Since mid-February, Wisconsin Gov. Scott Walker has dominated national headlines by seeking to limit collective-bargaining rights for his state's public employees. Closer to home, as this issue goes to press, Pennsylvania Gov. Tom Corbett is preparing to give his first budget address. Labor leaders are watching anti-union initiatives -- from a proposal to privatize liquor stores currently staffed by 4,000 unionized state employees, to the potential introduction of a "right to work" bill, which would allow workers to opt out of joining a union.
Labor issues have made local headlines, too. Pittsburgh officials have publicly grappled with how to shore up the city's depleted pension fund, and there has been outrage when, despite efforts to fire public workers involved in notorious incidents, arbitrators have kept them on the job.
On March 3, City Paper convened a panel of labor leaders to talk about public-sector unions, how they're perceived and the threats they face. The panelists were: Jack Shea, president of the Allegheny County Labor Council; Kevin McCarthy, a United Steelworkers official who represents the county's district attorneys and public defenders; Darrin Kelly, trustee, Pittsburgh Firefighters Local No. 1 (via telephone); Bryon Shane, a representative of the Amalgamated Transit Union 85; and Marty Marks, communications coordinator for the AFL-CIO.
CP: How do you think the public perceived public-sector unions before Wisconsin, and now after?
Shea: I believe that public-sector unions are getting a heck of lot more play in the media and amongst brothers and sisters in organized labor, and it's kind of awakened some folks ... who may have been a little lazy, [and] kind of taken the union for granted. I think it's showing everybody that nothing's forever. Elections have consequences.
CP: In Wisconsin, Gov. Walker has proposed an increase in what employees pay for their pensions and health care. Union workers are upset, but you can hear non-union workers say, "My retirement plan has been crushed by the recession and no one is giving me anything. But my taxes could go up to pay benefits for public workers. How is that fair?"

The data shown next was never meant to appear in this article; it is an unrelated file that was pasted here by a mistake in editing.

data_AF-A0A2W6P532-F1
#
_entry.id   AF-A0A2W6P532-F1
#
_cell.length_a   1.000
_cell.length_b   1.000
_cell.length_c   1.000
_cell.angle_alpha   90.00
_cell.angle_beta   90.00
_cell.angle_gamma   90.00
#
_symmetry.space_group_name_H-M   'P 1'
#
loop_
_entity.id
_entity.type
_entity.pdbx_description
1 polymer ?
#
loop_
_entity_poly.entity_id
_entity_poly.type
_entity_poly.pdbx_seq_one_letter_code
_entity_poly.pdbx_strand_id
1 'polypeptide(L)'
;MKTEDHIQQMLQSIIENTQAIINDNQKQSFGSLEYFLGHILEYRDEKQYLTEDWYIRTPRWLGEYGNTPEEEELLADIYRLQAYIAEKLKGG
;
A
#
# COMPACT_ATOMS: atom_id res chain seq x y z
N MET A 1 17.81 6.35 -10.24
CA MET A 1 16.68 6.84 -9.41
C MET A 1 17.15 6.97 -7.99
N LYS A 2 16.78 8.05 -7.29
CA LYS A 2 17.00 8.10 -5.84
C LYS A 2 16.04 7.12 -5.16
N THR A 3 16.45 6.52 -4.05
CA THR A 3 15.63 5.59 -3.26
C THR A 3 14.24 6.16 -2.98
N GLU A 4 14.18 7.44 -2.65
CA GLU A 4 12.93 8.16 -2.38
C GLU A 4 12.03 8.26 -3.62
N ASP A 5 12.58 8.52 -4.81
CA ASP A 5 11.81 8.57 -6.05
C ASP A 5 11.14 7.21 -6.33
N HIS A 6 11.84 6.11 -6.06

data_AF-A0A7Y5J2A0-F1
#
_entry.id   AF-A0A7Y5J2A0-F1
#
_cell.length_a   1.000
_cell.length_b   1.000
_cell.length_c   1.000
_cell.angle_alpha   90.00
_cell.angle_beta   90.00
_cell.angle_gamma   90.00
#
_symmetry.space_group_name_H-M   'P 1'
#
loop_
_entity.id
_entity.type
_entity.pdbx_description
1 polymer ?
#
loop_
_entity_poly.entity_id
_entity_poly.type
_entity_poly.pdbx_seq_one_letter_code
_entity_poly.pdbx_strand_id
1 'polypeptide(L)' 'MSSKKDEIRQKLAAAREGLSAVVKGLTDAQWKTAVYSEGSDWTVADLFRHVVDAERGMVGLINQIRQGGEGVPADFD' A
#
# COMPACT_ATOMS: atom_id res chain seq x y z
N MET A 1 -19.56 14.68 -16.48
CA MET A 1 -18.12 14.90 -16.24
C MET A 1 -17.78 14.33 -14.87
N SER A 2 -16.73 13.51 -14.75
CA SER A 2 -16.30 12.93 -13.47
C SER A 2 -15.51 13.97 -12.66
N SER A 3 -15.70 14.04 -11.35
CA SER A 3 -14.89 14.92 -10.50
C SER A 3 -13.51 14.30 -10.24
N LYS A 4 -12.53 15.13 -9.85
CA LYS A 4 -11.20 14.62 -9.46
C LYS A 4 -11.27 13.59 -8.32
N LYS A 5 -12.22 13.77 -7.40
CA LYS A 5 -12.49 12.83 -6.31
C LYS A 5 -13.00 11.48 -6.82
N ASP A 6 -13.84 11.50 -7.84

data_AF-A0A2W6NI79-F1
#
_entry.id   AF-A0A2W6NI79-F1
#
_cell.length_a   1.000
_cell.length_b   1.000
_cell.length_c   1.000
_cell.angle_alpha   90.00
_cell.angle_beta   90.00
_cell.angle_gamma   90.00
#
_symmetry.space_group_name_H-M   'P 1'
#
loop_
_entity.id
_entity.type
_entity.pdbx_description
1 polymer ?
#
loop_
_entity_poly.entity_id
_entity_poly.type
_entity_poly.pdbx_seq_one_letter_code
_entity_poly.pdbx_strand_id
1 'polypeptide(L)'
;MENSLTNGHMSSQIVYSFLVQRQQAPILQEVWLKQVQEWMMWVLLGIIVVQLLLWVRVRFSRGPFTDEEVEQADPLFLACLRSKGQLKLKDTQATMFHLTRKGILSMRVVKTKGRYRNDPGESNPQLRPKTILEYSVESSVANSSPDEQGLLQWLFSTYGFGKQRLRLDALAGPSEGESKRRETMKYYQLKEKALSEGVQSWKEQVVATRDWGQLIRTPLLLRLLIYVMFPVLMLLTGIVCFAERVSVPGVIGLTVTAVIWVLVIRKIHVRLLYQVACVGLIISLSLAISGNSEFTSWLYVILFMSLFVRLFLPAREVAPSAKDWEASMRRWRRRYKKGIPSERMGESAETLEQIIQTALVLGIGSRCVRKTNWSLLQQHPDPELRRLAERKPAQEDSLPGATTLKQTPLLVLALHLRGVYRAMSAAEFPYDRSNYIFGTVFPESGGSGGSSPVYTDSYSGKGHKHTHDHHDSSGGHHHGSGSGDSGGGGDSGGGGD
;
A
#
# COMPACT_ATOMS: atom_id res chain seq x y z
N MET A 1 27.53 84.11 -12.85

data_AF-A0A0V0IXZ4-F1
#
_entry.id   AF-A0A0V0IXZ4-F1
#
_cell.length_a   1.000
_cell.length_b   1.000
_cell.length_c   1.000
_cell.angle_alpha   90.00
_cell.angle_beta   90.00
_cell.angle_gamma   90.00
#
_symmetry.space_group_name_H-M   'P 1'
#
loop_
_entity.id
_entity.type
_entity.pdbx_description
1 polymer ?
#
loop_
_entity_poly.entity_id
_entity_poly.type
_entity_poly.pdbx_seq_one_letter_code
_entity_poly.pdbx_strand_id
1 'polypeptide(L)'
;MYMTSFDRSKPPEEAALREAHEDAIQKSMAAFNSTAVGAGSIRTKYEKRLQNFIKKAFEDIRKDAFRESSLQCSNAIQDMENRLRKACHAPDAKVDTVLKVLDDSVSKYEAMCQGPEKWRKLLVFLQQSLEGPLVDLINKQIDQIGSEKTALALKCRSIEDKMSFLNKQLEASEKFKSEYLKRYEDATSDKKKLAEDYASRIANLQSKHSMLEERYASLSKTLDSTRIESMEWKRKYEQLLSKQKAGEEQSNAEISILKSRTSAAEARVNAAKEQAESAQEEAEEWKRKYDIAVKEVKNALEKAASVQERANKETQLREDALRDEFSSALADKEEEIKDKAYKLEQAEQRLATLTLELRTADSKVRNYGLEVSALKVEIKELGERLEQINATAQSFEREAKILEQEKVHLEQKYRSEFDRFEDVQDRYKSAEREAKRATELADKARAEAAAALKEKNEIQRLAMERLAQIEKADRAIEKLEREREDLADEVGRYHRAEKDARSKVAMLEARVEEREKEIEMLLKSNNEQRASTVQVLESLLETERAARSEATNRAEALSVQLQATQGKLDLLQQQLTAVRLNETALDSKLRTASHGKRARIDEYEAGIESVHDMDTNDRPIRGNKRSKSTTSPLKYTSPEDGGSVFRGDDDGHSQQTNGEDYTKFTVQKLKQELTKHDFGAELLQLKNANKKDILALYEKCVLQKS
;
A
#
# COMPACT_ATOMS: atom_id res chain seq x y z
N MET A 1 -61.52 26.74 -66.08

Shea: It is a fact that union workforces make at least 30 percent more in wages; are more likely to have pensions; and are more likely to have conditions of employment that are better. ... No doubt about it. That all comes through collective bargaining. So the rage you see against [unions] ... that's one of the reasons why, because we have made a better standard of living.
Kelly: This isn't like unions come in and ... say, "I want this and this." You live within the parameters of what your government establishes. That's what being forgotten here. ... Collective bargaining is the fairest form of bargaining in the world. People are dying all over the world to have that type of say. ... Collective bargaining is not a pot of money. We have to go by limitations just like everyone. ... That unions come in and demand all of these things -- that's a falsehood.
Shane: Over the last two contracts we've made numerous ... concessions. The Port Authority itself has published reports that we've had $53 million in concessions.
CP: But that hasn't always been the case. Among the Port Authority's biggest expenses are retiree pensions and health care. Those costs can't be changed, which is one reason there are service cuts coming. What could have been done to avoid that?
Shane: I'll say it: We have a lot of retirees out there that are not paying anything for their health care. And it was negotiated -- it is what it is at that point. ... We have 2,400 active members and over 2,000 retirees, [and under current contracts,] no one can retire with fully paid health care anymore. In time it will level itself off.
McCarthy: At the time those really good benefits were given ... the ridership was substantially greater and the revenues collected by Port Authority were substantially greater. That's why when those contracts were negotiated ... they were measured against sustaining revenue. At the time we had a fairly thriving economy here. What's happened is ... you've had this retraction of business and manufacturing and employment measured against the increased costs [of] running a bus company. ... The point that gets me crazy on what's happening in Wisconsin is that this governor doesn't want to deal with the economic issues. He wants to take away the right of collective bargaining, and that's where we have to draw the line.